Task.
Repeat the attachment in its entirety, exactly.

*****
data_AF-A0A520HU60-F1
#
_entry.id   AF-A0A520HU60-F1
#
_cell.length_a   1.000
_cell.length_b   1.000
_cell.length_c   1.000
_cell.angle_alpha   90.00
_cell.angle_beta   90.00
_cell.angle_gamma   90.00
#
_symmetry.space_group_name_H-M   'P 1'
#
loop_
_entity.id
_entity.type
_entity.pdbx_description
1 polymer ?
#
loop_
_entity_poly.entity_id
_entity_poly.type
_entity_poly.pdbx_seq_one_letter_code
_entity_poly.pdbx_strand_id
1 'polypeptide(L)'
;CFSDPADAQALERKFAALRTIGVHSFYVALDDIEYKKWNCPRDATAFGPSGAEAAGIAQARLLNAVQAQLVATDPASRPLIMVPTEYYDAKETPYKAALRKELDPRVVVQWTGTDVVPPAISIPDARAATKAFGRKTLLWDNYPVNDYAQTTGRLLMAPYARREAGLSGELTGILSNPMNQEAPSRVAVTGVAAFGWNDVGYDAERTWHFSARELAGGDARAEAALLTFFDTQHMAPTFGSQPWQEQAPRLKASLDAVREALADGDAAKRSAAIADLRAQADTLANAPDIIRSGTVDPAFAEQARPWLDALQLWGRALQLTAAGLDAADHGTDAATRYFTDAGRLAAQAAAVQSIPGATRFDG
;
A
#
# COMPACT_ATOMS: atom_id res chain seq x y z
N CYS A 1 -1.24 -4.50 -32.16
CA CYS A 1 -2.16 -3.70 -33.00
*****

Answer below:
data_AF-A0A520HU60-F1
#
_entry.id   AF-A0A520HU60-F1
#
_cell.length_a   1.000
_cell.length_b   1.000
_cell.length_c   1.000
_cell.angle_alpha   90.00
_cell.angle_beta   90.00
_cell.angle_gamma   90.00
#
_symmetry.space_group_name_H-M   'P 1'
#
loop_
_entity.id
_entity.type
_entity.pdbx_description
1 polymer ?
#
loop_
_entity_poly.entity_id
_entity_poly.type
_entity_poly.pdbx_seq_one_letter_code
_entity_poly.pdbx_strand_id
1 'polypeptide(L)'
;CFSDPADAQALERKFAALRTIGVHSFYVALDDIEYKKWNCPRDATAFGPSGAEAAGIAQARLLNAVQAQLVATDPASRPLIMVPTEYYDAKETPYKAALRKELDPRVVVQWTGTDVVPPAISIPDARAATKAFGRKTLLWDNYPVNDYAQTTGRLLMAPYARREAGLSGELTGILSNPMNQEAPSRVAVTGVAAFGWNDVGYDAERTWHFSARELAGGDARAEAALLTFFDTQHMAPTFGSQPWQEQAPRLKASLDAVREALADGDAAKRSAAIADLRAQADTLANAPDIIRSGTVDPAFAEQARPWLDALQLWGRALQLTAAGLDAADHGTDAATRYFTDAGRLAAQAAAVQSIPGATRFDG
;
A
#
# COMPACT_ATOMS: atom_id res chain seq x y z
N CYS A 1 -1.24 -4.50 -32.16
CA CYS A 1 -2.16 -3.70 -33.00